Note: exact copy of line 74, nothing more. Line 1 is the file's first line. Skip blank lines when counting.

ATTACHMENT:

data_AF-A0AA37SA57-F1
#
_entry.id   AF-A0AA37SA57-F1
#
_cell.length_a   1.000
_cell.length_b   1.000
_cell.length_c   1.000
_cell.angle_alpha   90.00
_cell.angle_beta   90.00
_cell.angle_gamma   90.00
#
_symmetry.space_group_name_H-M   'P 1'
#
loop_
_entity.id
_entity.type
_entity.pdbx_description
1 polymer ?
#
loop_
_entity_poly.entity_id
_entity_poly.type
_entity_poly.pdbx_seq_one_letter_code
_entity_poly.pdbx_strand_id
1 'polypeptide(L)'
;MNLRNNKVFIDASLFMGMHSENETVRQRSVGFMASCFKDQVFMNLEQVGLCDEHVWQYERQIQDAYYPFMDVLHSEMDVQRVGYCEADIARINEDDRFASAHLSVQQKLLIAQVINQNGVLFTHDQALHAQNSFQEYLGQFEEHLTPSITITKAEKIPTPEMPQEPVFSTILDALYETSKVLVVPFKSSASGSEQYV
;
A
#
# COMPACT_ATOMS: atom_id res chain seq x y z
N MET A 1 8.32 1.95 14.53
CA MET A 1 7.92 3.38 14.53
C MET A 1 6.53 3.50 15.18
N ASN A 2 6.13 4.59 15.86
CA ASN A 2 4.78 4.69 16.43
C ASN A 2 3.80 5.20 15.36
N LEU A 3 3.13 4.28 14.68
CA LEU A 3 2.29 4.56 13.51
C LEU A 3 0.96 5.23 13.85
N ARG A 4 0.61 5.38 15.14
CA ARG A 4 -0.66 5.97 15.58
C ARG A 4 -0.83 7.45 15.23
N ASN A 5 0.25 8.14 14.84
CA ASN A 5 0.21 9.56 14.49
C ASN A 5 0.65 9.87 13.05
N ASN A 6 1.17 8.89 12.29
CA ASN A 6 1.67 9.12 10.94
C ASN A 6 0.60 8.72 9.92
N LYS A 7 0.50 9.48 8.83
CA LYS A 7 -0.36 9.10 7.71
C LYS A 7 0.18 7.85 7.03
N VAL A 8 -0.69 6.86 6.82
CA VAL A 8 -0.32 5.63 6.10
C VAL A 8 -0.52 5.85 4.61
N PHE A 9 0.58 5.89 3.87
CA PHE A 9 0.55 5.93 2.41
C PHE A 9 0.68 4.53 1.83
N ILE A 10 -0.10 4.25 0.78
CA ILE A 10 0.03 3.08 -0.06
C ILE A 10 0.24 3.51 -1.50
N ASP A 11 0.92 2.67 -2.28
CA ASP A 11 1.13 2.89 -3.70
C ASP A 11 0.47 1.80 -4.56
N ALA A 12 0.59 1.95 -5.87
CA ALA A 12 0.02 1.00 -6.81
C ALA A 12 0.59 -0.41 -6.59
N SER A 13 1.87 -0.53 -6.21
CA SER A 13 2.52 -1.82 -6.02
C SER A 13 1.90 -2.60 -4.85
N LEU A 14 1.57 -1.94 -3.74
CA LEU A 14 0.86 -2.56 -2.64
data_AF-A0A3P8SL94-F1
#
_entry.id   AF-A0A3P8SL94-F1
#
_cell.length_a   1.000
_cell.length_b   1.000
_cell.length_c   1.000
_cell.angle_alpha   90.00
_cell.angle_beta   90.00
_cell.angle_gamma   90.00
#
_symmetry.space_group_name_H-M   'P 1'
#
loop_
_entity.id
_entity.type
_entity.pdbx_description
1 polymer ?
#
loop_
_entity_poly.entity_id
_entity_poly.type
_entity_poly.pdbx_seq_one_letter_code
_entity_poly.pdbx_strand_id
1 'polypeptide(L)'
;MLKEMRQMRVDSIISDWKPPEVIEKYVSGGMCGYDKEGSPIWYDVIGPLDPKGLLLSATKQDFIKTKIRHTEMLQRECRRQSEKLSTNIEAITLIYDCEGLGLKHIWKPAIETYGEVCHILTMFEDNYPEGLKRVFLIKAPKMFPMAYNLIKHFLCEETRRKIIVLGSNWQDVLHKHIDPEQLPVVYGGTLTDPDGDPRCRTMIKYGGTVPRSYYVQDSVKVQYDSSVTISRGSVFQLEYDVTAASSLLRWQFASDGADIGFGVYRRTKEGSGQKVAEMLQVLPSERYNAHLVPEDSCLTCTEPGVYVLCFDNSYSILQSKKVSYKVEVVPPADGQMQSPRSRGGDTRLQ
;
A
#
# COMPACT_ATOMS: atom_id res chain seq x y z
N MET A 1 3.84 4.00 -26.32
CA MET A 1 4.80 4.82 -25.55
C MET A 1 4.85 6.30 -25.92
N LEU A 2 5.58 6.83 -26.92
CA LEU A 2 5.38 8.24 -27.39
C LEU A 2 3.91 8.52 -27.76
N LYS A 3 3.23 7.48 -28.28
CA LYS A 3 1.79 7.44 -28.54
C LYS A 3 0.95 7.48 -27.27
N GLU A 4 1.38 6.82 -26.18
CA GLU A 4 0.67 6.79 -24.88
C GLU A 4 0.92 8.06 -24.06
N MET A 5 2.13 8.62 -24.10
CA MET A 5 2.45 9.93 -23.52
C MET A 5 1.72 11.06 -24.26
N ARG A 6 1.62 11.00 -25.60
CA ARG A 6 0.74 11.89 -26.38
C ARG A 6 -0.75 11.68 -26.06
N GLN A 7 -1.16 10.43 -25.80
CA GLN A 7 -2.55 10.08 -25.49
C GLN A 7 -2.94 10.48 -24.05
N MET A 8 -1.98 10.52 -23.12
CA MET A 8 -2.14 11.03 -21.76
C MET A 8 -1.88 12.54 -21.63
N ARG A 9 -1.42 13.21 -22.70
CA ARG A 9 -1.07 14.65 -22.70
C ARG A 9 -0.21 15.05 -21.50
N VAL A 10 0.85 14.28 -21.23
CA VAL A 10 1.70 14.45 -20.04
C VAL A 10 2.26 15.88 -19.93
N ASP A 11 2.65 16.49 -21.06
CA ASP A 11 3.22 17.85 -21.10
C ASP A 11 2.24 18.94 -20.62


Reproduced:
_entry.id   AF-A0A3P8SL94-F1